The Sweet Taste of Solitude

After fifteen weeks of mostly my own company for much of the time during our Covid 19 lockdown, I find that after an initial resistance in coming to terms with my new reality, to my surprise I’ve become comfortably used to it.

My husband has continued to work throughout, so he’s here sometimes and at work sometimes. But me, I’ve been mostly staying at home, doing housework, gardening, going for occasional solitary walks, and have only visited the local supermarkets etc. for essentials as necessary. Thankfully my husband and I always have plenty to say to each other, reminiscing over the past, forward-planning for our future and putting the world to rights.

My eldest daughter and her partner and two youngest children came round for a logistically awkward yet really enjoyable garden picnic a few weeks ago, and I’ve spoken to various neighbours across the garden wall a few times, but other than that and the ships-that-pass-in-the-night polite small-talk with cashiers as I pass through the checkout, that’s about it for me for real life face to face communication.

I do use modern technology to keep in touch with my parents and my children and my siblings now and again, but although it’s much better than nothing it’s not quite the same as seeing them all three-dimensionally in the flesh. So I’m really looking forward to the relative freedom to visit family indoors that will hopefully come at the end of this week with the start of Phase Three of lockdown-lifting measures here in Scotland.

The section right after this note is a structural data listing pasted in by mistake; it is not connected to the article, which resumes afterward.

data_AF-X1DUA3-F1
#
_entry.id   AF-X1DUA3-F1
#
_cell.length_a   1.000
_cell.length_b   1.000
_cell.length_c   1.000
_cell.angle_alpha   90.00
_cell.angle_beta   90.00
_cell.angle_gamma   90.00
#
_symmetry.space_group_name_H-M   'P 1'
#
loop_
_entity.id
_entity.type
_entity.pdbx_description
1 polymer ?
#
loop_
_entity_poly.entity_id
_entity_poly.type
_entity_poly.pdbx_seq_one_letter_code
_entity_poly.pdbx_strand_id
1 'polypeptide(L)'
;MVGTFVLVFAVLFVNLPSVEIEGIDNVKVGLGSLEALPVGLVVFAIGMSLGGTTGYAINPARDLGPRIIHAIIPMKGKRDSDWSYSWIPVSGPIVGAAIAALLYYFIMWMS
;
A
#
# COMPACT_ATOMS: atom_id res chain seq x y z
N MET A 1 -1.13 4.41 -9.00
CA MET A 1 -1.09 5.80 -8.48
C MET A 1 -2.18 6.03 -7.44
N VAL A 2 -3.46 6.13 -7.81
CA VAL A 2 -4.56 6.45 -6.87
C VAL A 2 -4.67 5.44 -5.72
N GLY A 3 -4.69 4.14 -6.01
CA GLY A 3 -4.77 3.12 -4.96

Honestly I don’t think I’ve ever spent so much time on my own in my whole life, and now I’ve got used to it I find I’m quite content with my own company. I do like seeing other people occasionally, but I’m absolutely OK on my own.

Of course I’ve had periods of time when I’ve been a stay-at-home housewife before, but that’s usually been mixed with motherhood or intensive job hunting or with some other important activity that acts as a useful distraction from looking too closely at viewing myself as my sole source of companionship. Lockdown has been a very different experience, because all the usual distractions have necessarily been in lockstep lockdown too.

Inevitably I have had a lot of time lately just to think, to let my mind wander without censure into those shadowy no-go areas, drag dark difficulties into the light, sit with them awhile and start to work stuff out. I find I’m learning a lot about myself, about who I am now and who I am not any more. As a result I’m feeling more at peace with my past than ever before, which makes my present feel OK, and bodes well for a more peaceful future, too.

It feels like now I’ve experienced the sweet taste of solitude, and even now lockdown is ending, even once I return to work and start to see my family regularly again, I’m going to try to keep some of that quiet, self-containedness I’ve grown so comfortably fond of…

Fandango’s One Word Challenge: Taste

4 thoughts on “The Sweet Taste of Solitude

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